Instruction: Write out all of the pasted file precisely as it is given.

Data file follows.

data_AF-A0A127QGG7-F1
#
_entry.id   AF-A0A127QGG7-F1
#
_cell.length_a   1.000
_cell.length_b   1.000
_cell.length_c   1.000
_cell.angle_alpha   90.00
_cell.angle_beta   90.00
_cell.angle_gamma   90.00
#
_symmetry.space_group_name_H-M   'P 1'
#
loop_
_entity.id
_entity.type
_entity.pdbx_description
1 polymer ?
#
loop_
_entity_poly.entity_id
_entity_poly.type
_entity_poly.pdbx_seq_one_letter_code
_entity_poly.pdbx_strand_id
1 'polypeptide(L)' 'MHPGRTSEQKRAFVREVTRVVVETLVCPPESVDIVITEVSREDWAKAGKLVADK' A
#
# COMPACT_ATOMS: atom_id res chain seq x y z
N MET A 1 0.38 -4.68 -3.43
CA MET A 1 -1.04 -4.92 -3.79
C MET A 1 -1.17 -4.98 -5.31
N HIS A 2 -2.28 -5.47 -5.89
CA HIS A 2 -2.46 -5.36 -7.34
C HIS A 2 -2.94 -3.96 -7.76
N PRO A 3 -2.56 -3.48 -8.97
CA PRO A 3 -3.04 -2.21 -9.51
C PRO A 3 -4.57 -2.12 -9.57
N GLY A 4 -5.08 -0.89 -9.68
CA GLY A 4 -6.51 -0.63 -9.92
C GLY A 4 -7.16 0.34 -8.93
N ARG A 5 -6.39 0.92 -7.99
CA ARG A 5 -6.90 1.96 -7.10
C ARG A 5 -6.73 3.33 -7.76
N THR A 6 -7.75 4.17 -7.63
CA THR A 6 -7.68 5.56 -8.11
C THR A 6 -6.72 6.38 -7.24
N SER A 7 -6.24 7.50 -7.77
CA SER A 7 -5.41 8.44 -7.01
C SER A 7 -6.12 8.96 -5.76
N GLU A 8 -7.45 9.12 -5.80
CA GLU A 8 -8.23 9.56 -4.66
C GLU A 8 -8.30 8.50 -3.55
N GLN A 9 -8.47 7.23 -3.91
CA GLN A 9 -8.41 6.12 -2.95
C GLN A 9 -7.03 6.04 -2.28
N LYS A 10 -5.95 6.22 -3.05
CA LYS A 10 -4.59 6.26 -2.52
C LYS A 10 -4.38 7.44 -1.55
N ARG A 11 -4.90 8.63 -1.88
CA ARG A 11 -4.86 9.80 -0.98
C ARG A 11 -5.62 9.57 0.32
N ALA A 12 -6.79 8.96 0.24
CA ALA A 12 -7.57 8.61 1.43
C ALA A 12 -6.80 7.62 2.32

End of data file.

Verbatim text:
data_AF-A0A127QGG7-F1
#
_entry.id   AF-A0A127QGG7-F1
#
_cell.length_a   1.000
_cell.length_b   1.000
_cell.length_c   1.000
_cell.angle_alpha   90.00
_cell.angle_beta   90.00
_cell.angle_gamma   90.00
#
_symmetry.space_group_name_H-M   'P 1'
#
loop_
_entity.id
_entity.type
_entity.pdbx_description
1 polymer ?
#
loop_
_entity_poly.entity_id
_entity_poly.type
_entity_poly.pdbx_seq_one_letter_code
_entity_poly.pdbx_strand_id
1 'polypeptide(L)' 'MHPGRTSEQKRAFVREVTRVVVETLVCPPESVDIVITEVSREDWAKAGKLVADK' A
#
# COMPACT_ATOMS: atom_id res chain seq x y z
N MET A 1 0.38 -4.68 -3.43
CA MET A 1 -1.04 -4.92 -3.79
C MET A 1 -1.17 -4.98 -5.31
N HIS A 2 -2.28 -5.47 -5.89
CA HIS A 2 -2.46 -5.36 -7.34
C HIS A 2 -2.94 -3.96 -7.76
N PRO A 3 -2.56 -3.48 -8.97
CA PRO A 3 -3.04 -2.21 -9.51
C PRO A 3 -4.57 -2.12 -9.57
N GLY A 4 -5.08 -0.89 -9.68
CA GLY A 4 -6.51 -0.63 -9.92
C GLY A 4 -7.16 0.34 -8.93
N ARG A 5 -6.39 0.92 -7.99
CA ARG A 5 -6.90 1.96 -7.10
C ARG A 5 -6.73 3.33 -7.76
N THR A 6 -7.75 4.17 -7.63
CA THR A 6 -7.68 5.56 -8.11
C THR A 6 -6.72 6.38 -7.24
N SER A 7 -6.24 7.50 -7.77
CA SER A 7 -5.41 8.44 -7.01
C SER A 7 -6.12 8.96 -5.76
N GLU A 8 -7.45 9.12 -5.80
CA GLU A 8 -8.23 9.56 -4.66
C GLU A 8 -8.30 8.50 -3.55
N GLN A 9 -8.47 7.23 -3.91
CA GLN A 9 -8.41 6.12 -2.95
C GLN A 9 -7.03 6.04 -2.28
N LYS A 10 -5.95 6.22 -3.05
CA LYS A 10 -4.59 6.26 -2.52
C LYS A 10 -4.38 7.44 -1.55
N ARG A 11 -4.90 8.63 -1.88
CA ARG A 11 -4.86 9.80 -0.98
C ARG A 11 -5.62 9.57 0.32
N ALA A 12 -6.79 8.96 0.24
CA ALA A 12 -7.57 8.61 1.43
C ALA A 12 -6.80 7.62 2.32